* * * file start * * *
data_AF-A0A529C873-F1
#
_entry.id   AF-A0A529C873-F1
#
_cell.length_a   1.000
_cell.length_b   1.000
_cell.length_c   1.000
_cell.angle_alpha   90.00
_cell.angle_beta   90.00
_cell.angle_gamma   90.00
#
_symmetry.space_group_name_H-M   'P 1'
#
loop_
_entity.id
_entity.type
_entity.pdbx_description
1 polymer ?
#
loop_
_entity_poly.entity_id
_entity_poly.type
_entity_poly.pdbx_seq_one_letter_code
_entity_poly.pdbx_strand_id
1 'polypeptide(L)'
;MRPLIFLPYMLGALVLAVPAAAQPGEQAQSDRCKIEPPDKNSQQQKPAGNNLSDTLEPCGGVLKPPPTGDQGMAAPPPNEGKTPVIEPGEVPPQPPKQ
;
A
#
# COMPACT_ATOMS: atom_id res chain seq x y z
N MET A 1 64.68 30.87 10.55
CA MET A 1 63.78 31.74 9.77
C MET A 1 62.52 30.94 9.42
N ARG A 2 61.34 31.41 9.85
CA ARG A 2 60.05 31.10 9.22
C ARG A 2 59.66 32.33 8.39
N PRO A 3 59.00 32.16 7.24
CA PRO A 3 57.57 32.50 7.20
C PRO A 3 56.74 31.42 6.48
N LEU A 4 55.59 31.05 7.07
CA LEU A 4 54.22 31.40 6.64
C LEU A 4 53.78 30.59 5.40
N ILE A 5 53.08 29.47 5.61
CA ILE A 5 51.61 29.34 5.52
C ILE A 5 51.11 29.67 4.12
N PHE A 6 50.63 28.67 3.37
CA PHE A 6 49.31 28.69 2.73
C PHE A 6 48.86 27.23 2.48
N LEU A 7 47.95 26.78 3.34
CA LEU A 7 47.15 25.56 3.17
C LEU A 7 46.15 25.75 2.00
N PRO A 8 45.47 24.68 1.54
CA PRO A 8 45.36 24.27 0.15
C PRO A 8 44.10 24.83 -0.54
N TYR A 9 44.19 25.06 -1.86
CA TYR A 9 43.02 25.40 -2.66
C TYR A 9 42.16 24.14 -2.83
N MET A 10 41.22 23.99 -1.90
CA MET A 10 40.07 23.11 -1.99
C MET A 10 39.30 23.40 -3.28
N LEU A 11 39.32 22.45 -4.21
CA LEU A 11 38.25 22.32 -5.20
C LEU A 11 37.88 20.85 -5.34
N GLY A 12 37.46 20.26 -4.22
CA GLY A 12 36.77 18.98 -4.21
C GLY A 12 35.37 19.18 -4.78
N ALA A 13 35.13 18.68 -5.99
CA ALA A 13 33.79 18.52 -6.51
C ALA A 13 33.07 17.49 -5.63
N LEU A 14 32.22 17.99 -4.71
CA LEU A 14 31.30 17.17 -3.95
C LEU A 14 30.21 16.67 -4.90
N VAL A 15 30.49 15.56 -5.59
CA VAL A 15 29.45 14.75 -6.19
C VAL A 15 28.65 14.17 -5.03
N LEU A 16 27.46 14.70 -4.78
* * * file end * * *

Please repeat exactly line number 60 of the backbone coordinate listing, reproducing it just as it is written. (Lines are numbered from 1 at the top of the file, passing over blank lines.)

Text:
C MET A 10 39.30 23.40 -3.28